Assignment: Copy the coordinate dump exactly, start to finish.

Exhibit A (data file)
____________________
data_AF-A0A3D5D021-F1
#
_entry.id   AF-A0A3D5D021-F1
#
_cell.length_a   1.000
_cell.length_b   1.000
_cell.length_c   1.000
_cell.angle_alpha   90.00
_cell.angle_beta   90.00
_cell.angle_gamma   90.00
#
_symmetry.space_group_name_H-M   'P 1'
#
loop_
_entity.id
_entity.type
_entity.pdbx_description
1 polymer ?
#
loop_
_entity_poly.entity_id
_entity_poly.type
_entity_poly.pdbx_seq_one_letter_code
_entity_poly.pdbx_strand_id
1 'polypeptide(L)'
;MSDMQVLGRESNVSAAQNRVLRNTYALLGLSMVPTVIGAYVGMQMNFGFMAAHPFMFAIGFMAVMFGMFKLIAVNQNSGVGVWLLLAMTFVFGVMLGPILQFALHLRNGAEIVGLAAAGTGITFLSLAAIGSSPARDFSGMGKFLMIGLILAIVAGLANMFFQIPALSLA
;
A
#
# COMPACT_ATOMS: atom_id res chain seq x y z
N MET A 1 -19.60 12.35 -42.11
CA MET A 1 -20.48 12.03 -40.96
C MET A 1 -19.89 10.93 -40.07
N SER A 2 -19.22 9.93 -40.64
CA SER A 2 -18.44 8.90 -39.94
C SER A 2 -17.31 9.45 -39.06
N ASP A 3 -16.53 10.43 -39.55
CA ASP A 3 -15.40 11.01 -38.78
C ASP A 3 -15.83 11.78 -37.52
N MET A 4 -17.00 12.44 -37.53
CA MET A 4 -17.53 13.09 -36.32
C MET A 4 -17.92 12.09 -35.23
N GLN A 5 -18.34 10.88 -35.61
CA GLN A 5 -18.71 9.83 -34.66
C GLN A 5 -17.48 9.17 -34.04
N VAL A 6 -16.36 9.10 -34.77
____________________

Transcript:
data_AF-A0A3D5D021-F1
#
_entry.id   AF-A0A3D5D021-F1
#
_cell.length_a   1.000
_cell.length_b   1.000
_cell.length_c   1.000
_cell.angle_alpha   90.00
_cell.angle_beta   90.00
_cell.angle_gamma   90.00
#
_symmetry.space_group_name_H-M   'P 1'
#
loop_
_entity.id
_entity.type
_entity.pdbx_description
1 polymer ?
#
loop_
_entity_poly.entity_id
_entity_poly.type
_entity_poly.pdbx_seq_one_letter_code
_entity_poly.pdbx_strand_id
1 'polypeptide(L)'
;MSDMQVLGRESNVSAAQNRVLRNTYALLGLSMVPTVIGAYVGMQMNFGFMAAHPFMFAIGFMAVMFGMFKLIAVNQNSGVGVWLLLAMTFVFGVMLGPILQFALHLRNGAEIVGLAAAGTGITFLSLAAIGSSPARDFSGMGKFLMIGLILAIVAGLANMFFQIPALSLA
;
A
#
# COMPACT_ATOMS: atom_id res chain seq x y z
N MET A 1 -19.60 12.35 -42.11
CA MET A 1 -20.48 12.03 -40.96
C MET A 1 -19.89 10.93 -40.07
N SER A 2 -19.22 9.93 -40.64
CA SER A 2 -18.44 8.90 -39.94
C SER A 2 -17.31 9.45 -39.06
N ASP A 3 -16.53 10.43 -39.55
CA ASP A 3 -15.40 11.01 -38.78
C ASP A 3 -15.83 11.78 -37.52
N MET A 4 -17.00 12.44 -37.53
CA MET A 4 -17.53 13.09 -36.32
C MET A 4 -17.92 12.09 -35.23
N GLN A 5 -18.34 10.88 -35.61
CA GLN A 5 -18.71 9.83 -34.66
C GLN A 5 -17.48 9.17 -34.04
N VAL A 6 -16.36 9.10 -34.77